Compulsory and voluntary annuities markets in the UK
University of Exeter Business School
This paper describes the operation of both the compulsory pension annuity and voluntary annuity markets in the UK. The paper reports on the movement of UK annuity price quotes in the voluntary market from 1957-2009, and in the pension annuity market from 1994 to 2009, and examines whether annuities were fairly priced over this period. The paper computes the money’s worth of annuities, and finds that on average the money’s worth in the voluntary market over the sample period for 65-year old males has been a very high 98%. In the larger compulsory pension annuity over a shorter sample period we estimate that the money’s worth for 65-year old males has been 89%, and for 65-year old females has been a similar but slightly larger 90%. Taking into account load factors associated with annuity contracts and in comparison with other financial and insurance products this implies that annuities are fairly priced. However the value of the money’s worth is sensitive to the assumptions made about life expectancy, and we explain the assumptions made about the appropriate life tables to apply to annuitants in these annuity markets. There is some evidence that money’s worth has fallen since 2002. We discuss a number of factors that could have effected the fall in money’s worth, including: changes in insurance regulation; changes in industrial concentration; an insurance cycle; pricing of mortality uncertainty and the growth in the impaired lives market.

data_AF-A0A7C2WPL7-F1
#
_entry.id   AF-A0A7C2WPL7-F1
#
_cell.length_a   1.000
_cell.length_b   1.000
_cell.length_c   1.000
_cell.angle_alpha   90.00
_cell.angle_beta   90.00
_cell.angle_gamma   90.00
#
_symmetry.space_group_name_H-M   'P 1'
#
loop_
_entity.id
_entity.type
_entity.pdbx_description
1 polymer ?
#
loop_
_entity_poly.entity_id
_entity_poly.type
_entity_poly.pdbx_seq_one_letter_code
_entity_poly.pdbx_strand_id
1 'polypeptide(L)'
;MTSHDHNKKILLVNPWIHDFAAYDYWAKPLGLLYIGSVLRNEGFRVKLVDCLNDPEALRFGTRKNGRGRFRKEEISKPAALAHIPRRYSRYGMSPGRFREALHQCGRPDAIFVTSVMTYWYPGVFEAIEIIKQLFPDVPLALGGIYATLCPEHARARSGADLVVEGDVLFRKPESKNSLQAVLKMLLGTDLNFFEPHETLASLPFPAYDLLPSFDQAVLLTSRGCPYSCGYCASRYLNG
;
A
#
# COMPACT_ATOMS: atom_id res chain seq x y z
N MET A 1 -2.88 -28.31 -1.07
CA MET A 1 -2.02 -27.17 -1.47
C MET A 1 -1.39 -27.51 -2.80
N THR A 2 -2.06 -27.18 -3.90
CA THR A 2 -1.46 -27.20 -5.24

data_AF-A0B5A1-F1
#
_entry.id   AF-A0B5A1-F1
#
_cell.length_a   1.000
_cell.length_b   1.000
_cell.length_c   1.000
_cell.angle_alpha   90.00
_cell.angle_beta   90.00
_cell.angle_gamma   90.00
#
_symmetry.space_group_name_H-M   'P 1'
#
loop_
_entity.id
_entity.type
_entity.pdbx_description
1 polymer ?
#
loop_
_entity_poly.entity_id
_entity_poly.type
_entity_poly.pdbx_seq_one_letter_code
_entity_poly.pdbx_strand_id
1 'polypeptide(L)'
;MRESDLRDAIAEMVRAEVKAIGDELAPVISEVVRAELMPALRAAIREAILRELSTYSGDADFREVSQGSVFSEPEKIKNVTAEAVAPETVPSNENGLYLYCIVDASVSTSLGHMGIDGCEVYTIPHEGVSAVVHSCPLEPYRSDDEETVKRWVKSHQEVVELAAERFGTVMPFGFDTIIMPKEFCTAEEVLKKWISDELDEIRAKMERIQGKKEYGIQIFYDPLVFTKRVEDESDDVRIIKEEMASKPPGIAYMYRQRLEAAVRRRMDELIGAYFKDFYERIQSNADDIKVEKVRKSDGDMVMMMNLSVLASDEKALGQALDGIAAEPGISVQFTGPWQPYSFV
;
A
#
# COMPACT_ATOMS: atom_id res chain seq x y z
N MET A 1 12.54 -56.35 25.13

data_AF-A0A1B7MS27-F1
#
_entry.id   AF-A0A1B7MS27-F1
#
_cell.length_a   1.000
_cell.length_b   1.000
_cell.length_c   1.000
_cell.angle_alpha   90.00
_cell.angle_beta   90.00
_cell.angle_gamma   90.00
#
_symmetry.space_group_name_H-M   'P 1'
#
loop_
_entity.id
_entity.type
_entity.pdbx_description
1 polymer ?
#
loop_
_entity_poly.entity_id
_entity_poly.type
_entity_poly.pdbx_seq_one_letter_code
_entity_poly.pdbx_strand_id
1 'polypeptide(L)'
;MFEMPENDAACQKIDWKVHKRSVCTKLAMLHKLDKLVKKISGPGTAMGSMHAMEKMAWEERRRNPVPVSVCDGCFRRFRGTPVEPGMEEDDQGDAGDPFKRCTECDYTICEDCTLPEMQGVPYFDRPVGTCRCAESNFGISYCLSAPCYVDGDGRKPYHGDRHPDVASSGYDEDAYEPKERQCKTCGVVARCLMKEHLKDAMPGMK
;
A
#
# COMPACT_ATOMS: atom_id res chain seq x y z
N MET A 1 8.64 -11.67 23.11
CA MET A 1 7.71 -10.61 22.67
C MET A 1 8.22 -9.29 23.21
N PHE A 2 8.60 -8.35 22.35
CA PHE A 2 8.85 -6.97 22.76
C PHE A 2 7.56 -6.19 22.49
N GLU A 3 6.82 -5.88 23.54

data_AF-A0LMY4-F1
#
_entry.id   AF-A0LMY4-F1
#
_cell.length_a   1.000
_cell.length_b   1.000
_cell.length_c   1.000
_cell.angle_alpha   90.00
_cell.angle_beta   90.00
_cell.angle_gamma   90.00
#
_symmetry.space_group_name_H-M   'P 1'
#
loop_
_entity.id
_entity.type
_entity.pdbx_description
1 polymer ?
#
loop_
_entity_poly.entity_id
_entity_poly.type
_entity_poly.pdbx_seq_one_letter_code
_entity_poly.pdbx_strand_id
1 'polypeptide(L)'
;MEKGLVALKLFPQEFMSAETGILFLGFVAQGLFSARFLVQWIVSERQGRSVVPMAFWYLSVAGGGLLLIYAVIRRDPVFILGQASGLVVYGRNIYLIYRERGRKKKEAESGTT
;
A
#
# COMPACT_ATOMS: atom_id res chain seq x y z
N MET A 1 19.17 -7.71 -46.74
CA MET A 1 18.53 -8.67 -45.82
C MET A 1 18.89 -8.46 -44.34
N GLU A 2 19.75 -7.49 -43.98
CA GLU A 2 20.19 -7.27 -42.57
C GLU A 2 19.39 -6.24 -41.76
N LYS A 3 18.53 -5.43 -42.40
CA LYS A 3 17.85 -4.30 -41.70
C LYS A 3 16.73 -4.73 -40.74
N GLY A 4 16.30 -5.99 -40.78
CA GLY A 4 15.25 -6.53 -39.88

Part of this work arose out of a project at the Department of Work and Pensions